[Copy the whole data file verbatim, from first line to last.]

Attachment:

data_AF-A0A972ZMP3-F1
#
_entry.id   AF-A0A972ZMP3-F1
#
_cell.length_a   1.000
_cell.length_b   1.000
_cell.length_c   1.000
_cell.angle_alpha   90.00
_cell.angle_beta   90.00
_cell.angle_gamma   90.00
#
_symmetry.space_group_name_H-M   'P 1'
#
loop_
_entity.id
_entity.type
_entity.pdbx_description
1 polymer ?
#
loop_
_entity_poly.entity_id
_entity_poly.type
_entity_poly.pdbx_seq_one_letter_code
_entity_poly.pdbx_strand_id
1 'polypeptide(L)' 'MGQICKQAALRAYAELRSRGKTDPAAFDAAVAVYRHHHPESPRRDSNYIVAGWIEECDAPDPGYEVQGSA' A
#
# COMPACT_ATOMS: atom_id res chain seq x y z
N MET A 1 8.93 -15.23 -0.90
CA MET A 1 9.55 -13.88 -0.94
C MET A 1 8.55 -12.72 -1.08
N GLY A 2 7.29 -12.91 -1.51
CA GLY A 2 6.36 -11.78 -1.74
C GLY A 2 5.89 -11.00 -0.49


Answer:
data_AF-A0A972ZMP3-F1
#
_entry.id   AF-A0A972ZMP3-F1
#
_cell.length_a   1.000
_cell.length_b   1.000
_cell.length_c   1.000
_cell.angle_alpha   90.00
_cell.angle_beta   90.00
_cell.angle_gamma   90.00
#
_symmetry.space_group_name_H-M   'P 1'
#
loop_
_entity.id
_entity.type
_entity.pdbx_description
1 polymer ?
#
loop_
_entity_poly.entity_id
_entity_poly.type
_entity_poly.pdbx_seq_one_letter_code
_entity_poly.pdbx_strand_id
1 'polypeptide(L)' 'MGQICKQAALRAYAELRSRGKTDPAAFDAAVAVYRHHHPESPRRDSNYIVAGWIEECDAPDPGYEVQGSA' A
#
# COMPACT_ATOMS: atom_id res chain seq x y z
N MET A 1 8.93 -15.23 -0.90
CA MET A 1 9.55 -13.88 -0.94
C MET A 1 8.55 -12.72 -1.08
N GLY A 2 7.29 -12.91 -1.51
CA GLY A 2 6.36 -11.78 -1.74
C GLY A 2 5.89 -11.00 -0.49